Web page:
The social services watchdog has criticised the HSE for its poor management and maintenance of a residential centre for adults with disabilities in Co Tipperary.
HIQA also found that Damien House in Clonmel failed in its duty to notify HIQA of two serious choking incidents which required residents to be hospitalised.
The HSE-run facility is home to twelve residents with moderate to severe intellectual disabilities.
The inspection on which today's report is based took place at short notice about a month before last Christmas.
HIQA found that the facility was in breach of thirteen of the sixteen regulations it checked.
Inspectors found that the service was not well governed or managed resulting in negative impacts on the residents' quality and safety of care.
A number of residents were keen to tell inspectors they were dissatisfied with the lack of transport to facilitate their preferred activities.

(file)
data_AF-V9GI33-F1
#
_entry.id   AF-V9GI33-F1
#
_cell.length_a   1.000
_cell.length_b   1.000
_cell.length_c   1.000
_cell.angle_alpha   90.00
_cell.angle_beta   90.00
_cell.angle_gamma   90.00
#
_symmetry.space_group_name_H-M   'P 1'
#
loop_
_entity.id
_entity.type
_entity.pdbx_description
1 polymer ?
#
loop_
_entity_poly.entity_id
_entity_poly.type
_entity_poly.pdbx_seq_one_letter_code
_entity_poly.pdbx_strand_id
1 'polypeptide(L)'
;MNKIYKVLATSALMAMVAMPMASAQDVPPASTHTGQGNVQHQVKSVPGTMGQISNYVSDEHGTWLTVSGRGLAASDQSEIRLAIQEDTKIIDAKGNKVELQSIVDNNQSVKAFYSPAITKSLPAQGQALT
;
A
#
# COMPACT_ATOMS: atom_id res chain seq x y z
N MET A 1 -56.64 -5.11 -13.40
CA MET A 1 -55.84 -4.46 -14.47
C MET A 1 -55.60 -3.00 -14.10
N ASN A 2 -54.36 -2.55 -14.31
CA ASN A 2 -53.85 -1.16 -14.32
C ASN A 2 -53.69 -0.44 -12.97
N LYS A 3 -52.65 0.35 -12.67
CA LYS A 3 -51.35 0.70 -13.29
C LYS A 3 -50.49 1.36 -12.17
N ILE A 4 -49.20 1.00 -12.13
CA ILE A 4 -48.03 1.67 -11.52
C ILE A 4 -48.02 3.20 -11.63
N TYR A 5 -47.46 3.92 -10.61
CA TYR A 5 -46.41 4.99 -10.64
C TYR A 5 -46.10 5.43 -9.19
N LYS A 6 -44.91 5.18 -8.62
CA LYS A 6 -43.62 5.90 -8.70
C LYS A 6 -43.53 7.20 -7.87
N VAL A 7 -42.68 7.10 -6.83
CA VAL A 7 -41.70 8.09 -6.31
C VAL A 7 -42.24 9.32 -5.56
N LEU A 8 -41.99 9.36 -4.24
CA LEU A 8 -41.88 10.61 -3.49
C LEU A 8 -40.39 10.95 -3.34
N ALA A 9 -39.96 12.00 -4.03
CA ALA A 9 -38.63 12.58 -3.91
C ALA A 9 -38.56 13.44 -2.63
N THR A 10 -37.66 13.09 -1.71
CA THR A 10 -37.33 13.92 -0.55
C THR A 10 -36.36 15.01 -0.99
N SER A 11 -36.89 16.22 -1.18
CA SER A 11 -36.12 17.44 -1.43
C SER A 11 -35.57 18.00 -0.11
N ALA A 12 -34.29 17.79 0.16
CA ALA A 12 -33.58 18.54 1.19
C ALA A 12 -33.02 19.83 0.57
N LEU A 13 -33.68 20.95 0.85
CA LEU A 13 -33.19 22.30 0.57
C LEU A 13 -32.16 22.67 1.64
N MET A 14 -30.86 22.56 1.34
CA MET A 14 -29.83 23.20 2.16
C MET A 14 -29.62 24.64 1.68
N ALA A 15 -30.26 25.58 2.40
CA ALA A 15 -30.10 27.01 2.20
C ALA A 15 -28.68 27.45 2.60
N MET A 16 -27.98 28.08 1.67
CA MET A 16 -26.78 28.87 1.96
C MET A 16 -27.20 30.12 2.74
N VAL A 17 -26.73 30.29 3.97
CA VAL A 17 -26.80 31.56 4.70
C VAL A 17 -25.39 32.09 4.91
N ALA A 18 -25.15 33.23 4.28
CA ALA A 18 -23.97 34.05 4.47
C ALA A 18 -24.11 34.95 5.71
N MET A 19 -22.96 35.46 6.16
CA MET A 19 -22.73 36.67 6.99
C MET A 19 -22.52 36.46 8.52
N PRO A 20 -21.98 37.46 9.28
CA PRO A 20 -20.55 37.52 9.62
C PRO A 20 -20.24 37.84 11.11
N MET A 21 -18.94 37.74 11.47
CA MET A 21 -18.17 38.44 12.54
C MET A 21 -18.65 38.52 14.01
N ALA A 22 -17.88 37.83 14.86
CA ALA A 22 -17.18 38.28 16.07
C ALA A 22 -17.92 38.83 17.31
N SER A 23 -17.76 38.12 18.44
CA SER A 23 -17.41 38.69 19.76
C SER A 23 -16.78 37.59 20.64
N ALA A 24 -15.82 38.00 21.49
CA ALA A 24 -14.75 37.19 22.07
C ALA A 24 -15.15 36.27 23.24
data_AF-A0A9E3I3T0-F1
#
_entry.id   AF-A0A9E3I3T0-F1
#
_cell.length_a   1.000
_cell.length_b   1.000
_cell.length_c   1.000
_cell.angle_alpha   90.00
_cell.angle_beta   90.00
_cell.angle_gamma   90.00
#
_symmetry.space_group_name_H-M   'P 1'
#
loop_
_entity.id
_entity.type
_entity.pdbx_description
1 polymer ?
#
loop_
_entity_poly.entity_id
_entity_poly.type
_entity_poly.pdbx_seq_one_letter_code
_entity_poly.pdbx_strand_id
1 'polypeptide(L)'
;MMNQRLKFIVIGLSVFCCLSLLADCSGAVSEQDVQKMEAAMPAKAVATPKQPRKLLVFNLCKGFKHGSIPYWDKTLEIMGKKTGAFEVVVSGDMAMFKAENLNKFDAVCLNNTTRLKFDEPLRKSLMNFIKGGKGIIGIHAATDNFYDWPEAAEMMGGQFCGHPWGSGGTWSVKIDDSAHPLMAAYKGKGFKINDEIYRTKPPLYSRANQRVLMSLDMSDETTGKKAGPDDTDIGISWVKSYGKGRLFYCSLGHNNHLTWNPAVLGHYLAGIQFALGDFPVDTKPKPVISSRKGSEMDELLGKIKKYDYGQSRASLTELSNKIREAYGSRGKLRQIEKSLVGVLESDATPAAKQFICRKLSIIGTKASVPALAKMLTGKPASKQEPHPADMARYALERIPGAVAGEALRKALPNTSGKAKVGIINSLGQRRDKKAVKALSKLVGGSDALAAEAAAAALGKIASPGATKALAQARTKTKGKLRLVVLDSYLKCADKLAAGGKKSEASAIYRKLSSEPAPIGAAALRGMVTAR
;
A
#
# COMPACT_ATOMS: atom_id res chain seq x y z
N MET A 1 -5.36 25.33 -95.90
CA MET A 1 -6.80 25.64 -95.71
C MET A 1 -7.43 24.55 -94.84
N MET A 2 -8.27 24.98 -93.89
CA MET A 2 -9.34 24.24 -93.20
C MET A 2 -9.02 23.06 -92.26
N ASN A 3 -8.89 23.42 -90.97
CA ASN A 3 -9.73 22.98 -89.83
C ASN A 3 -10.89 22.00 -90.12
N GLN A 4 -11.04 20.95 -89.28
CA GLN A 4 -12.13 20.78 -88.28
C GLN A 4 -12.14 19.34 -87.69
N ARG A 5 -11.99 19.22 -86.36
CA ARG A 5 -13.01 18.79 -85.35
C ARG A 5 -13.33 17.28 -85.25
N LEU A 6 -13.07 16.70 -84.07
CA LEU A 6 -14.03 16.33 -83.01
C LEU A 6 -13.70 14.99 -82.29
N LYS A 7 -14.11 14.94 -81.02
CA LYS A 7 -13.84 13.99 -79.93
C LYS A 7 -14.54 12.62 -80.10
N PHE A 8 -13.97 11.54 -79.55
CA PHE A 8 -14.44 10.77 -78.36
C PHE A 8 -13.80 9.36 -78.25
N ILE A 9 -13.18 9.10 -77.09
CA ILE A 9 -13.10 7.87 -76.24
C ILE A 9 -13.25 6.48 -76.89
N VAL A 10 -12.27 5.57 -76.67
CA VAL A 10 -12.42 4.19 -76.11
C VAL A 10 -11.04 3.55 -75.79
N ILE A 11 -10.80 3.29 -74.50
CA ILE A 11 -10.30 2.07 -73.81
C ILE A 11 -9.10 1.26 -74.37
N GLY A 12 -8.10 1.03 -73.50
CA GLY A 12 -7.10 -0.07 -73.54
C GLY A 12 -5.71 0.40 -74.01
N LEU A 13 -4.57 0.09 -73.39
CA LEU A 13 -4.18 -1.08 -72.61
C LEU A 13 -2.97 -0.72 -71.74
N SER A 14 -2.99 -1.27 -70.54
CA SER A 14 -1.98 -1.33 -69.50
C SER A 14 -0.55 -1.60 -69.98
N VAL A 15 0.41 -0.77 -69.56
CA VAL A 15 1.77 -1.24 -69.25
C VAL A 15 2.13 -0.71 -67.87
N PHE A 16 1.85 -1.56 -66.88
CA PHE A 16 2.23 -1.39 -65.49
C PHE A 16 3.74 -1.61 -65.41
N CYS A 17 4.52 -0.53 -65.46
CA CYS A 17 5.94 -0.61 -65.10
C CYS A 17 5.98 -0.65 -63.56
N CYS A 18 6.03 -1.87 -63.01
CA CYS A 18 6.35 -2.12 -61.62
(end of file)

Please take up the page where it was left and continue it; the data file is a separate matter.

Staff reported requesting that the HSE address some maintenance issues, but HIQA found no evidence of management follow-up.
Not all interventions to restrict residents' freedom were logged, leading the inspectors to criticise the HSE for failing to demonstrate that the least restrictive interventions were in use for the shortest time required.
The report says that, for the most part, the number and skill- mix of available staff was adequate to meet resident's needs.
However, inappropriate deployment was found, for example, when neither of the two staff deemed necessary to attend to one resident was available.
Inspectors were informed that both had gone elsewhere to make the same resident's tea.
The report says the centre relied significantly on agency staff and that, while senior management had said the agency concerned had assured it that all the required documentation was in place for the personnel, the HSE management had not provided any evidence that garda vetting had been completed, for example.
HIQA also criticises that absence of a written protocol between the agency and the centre.
And it complains that the HSE failed in its duty to notify HIQA of two serious choking incidents not long before the inspection, which required residents to be hospitalised.